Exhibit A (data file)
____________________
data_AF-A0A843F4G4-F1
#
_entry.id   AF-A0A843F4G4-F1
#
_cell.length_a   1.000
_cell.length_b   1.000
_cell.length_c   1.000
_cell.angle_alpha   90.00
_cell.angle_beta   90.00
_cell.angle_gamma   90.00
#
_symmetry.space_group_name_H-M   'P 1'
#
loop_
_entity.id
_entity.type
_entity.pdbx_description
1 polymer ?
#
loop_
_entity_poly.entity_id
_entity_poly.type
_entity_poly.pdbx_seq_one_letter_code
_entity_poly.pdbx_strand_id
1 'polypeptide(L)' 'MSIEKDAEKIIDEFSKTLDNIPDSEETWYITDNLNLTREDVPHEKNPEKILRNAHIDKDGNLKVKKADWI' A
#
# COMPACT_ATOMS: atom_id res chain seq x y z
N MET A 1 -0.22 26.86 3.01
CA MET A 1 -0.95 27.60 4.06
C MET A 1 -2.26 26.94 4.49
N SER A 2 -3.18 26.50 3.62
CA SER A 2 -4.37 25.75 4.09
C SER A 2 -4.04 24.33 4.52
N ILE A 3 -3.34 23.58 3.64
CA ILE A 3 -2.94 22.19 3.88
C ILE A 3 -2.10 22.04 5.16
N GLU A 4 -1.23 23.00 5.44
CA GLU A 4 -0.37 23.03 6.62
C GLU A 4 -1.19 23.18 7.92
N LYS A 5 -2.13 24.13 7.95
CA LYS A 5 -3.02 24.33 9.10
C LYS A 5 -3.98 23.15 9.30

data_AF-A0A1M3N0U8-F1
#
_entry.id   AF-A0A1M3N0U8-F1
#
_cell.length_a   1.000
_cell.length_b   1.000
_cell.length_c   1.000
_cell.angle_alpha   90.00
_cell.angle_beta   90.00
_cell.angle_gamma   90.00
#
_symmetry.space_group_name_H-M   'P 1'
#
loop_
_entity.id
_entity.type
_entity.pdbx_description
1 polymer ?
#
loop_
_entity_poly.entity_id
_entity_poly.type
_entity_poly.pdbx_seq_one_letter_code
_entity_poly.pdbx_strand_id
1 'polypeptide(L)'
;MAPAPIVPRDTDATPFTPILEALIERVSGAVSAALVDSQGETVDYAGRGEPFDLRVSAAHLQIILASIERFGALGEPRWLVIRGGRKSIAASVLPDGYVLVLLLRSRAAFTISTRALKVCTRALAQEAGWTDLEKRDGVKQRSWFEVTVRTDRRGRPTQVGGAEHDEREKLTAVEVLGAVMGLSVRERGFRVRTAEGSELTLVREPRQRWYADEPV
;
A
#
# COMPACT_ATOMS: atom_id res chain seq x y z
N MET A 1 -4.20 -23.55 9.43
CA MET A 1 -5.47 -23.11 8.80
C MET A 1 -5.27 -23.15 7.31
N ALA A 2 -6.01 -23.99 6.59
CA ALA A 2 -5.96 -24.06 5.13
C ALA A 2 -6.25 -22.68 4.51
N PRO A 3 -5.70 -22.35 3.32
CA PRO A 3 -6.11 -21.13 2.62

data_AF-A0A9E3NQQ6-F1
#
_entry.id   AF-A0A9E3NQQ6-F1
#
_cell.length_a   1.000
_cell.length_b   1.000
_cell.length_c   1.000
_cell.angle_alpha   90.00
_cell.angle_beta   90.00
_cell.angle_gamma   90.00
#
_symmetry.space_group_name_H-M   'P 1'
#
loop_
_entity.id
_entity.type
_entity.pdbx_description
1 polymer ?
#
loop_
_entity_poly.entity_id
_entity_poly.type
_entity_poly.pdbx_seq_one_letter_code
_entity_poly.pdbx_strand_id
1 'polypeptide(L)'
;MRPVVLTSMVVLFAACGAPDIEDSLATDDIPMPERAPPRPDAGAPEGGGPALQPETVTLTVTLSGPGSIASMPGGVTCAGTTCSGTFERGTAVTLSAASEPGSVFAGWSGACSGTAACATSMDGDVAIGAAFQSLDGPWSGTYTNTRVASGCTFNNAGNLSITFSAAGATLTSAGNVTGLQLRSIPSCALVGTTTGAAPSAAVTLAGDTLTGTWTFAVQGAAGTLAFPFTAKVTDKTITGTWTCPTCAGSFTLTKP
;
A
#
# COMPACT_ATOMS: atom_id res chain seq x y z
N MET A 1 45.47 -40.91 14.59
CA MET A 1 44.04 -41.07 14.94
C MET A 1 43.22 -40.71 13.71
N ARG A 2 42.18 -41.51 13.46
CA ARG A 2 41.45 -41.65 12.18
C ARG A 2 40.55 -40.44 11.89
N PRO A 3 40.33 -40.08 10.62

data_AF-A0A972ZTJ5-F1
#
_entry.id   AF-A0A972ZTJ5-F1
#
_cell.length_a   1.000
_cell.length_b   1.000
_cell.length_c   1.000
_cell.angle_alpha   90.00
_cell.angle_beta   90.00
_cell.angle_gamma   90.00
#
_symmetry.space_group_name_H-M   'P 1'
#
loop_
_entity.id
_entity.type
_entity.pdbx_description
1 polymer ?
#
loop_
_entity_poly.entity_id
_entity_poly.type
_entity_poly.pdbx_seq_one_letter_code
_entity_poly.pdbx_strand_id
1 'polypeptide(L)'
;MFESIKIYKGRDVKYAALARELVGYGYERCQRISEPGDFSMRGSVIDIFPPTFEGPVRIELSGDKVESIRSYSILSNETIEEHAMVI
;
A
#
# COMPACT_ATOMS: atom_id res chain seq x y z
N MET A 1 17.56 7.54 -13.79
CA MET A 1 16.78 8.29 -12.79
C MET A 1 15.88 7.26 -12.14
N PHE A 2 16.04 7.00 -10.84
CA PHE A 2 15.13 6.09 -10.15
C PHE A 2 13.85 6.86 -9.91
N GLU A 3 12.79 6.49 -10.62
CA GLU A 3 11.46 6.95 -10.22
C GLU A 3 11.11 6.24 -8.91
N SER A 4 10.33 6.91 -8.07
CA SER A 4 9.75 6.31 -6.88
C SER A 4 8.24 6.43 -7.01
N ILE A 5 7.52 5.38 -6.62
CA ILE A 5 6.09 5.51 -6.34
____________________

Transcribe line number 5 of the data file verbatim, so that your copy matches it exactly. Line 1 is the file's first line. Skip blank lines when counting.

_cell.length_a   1.000